Indian Patent Office Rejects BDR Pharmaceutical’s Application for Compulsory License to Manufacture Anti-Cancer Drug Dasatinib

The Controller of Patents (Controller) vide order dated 29th October 2013, rejected BDR Pharmaceutical’s (BDR) compulsory license application against Bristol Meyer Squibb’s (BMS) anti-cancer drug Dasatinib. This was the second compulsory license application after Natco’s application for Nexavar.

Brief facts of the case: BDR filed an application on 4th March 2013 seeking grant of compulsory license for patent no: 203937 titled ‘A Compound 2-amino-thiazole-5-carboxamide’ granted to BMS and covering the active pharmaceutical ingredient of the drug Dasatinib. Prior to making an application for compulsory license, BDR initially sent a request to BMS for a voluntary license vide letter dated 2nd February 2012. In response to BDR’s request, BMS raised certain queries on BDR’s ability to manufacture and market the drug. BDR chose not to respond to the queries and filed an application for compulsory license before the Patent Office.

BDR claimed that patentee was employing delaying tactics by raising queries, which according to BDR could also be used against BDR in various legal forums. A suit for patent infringement filed by BMS against BDR is pending before the Delhi High Court. The Controller however observed that no query was specifically highlighted by the BDR that could adversely affect BDR’s position before this or any other legal forum. In the absence of reasoning / justification, Controller did not accept the arguments put forth by BDR.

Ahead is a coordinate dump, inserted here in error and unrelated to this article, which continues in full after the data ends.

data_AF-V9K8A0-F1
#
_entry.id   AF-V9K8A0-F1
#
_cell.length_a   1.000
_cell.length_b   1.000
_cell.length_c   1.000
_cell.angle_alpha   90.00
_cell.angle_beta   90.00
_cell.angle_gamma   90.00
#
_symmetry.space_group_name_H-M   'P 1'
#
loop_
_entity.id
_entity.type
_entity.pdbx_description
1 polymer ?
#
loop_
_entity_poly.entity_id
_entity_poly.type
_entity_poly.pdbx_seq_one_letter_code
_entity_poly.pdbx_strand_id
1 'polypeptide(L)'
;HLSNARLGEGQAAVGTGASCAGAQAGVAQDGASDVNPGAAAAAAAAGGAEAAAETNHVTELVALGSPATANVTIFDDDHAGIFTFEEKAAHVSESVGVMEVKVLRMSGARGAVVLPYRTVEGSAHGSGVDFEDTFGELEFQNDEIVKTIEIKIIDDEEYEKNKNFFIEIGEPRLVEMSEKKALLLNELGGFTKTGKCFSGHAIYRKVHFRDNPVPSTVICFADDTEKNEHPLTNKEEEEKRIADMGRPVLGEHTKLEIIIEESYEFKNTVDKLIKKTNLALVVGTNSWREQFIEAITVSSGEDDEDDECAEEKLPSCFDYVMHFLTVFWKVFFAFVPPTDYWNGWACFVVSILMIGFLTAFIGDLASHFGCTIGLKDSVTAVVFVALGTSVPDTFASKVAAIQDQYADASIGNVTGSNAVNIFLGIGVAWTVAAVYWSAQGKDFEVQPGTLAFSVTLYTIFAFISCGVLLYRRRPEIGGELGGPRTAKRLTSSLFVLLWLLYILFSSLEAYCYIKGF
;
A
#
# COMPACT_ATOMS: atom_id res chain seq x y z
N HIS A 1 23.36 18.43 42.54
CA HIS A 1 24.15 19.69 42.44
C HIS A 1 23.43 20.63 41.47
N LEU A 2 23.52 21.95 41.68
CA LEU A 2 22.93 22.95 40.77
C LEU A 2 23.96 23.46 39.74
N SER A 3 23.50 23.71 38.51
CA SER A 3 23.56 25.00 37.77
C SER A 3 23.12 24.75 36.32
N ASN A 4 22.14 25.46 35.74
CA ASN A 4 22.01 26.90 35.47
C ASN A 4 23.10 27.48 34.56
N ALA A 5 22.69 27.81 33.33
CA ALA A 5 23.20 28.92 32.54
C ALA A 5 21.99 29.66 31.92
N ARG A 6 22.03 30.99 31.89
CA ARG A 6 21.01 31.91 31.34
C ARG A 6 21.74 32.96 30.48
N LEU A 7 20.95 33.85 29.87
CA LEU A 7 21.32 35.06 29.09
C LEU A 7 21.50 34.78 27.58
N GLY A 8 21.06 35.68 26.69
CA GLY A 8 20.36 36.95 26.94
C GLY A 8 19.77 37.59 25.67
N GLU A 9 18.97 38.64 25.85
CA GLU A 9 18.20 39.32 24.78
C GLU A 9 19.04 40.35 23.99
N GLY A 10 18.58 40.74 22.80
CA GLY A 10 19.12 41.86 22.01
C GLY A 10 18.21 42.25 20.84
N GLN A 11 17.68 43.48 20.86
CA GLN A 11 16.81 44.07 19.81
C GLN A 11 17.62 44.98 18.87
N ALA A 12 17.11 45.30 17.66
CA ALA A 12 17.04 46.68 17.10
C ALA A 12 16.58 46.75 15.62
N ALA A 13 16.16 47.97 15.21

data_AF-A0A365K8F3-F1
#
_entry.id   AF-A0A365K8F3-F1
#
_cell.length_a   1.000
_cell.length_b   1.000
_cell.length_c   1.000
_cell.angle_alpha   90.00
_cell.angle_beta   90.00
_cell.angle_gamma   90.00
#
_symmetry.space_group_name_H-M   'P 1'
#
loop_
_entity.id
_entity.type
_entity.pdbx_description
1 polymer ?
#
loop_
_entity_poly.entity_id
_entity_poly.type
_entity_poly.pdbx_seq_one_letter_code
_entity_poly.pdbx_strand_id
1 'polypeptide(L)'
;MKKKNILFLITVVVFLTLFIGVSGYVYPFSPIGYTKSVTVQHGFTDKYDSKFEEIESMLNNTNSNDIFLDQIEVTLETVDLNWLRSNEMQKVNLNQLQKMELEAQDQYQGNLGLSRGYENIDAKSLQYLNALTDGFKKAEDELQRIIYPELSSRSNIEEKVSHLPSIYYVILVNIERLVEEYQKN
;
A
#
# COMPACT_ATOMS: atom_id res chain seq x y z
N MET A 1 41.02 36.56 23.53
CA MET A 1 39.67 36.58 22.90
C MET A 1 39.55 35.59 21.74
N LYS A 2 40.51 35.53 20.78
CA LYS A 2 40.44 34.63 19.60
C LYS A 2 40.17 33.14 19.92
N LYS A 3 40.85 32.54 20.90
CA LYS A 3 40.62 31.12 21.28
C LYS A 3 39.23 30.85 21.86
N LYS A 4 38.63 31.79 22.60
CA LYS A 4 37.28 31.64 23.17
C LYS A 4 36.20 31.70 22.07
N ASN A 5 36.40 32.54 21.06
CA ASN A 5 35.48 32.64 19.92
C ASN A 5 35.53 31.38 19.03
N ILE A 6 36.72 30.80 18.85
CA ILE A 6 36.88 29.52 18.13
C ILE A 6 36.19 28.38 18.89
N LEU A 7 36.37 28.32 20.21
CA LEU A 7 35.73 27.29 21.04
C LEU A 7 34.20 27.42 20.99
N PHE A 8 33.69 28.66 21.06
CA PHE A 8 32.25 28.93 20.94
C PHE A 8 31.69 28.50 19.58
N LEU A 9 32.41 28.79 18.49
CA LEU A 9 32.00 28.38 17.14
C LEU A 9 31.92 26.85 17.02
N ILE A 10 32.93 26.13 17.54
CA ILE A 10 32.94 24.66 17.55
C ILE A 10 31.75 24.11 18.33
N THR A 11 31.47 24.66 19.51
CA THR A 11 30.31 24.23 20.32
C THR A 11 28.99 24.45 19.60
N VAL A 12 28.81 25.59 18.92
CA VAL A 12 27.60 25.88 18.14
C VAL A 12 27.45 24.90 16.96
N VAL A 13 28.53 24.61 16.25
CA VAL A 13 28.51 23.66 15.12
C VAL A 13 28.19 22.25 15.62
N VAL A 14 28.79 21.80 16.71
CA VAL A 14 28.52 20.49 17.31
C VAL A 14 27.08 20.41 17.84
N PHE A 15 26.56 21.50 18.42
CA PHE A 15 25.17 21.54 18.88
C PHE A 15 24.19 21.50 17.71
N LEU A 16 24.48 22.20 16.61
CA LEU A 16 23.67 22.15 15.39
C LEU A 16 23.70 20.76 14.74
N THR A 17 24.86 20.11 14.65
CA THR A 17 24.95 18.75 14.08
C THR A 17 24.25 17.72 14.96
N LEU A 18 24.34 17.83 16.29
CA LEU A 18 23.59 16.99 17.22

When considering an application for grant of compulsory license under Section 84 of the Patent Act, the Controller is required to take into account whether credible efforts were made by the Applicant in obtaining a license from the patentee on reasonable terms and conditions and whether such efforts have not been successful, within a reasonable period as the Controller may deem fit. The ‘reasonable period’ has further been defined to mean a period not ordinarily exceeding a period of 6 months.

Controller further observed that the term ‘efforts’, under Section 84 of the Patent Act is not accompanied by the qualifying term ‘reasonable’ and the applicant ought to have appreciated that the duty cast upon the applicant to make ‘efforts’ is absolute and inflexible and without exceptions. In view of the above, the Controller held that BDR did not make enough efforts to obtain license from the patentee on reasonable terms and conditions and a prima facie case for grant of compulsory license has not been made out by the applicant. Accordingly the application was rejected.

It is open for BDR to either challenge this order of rejection before the Intellectual Property Appellate Board or re-negotiate a voluntary license with BMS and file a fresh application for compulsory license after six months.

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One thought on “Indian Patent Office Rejects BDR Pharmaceutical’s Application for Compulsory License to Manufacture Anti-Cancer Drug Dasatinib

  1. The complete details of this case is detailed in the Indian patent online site.I really appreciate the controller’s verdict. This verdict will be a trend setter for the other Indian generic companies seeking for compulsory license to have a thorough knowledge on this and be proactive before venturing into it.Let us not take things for granted.

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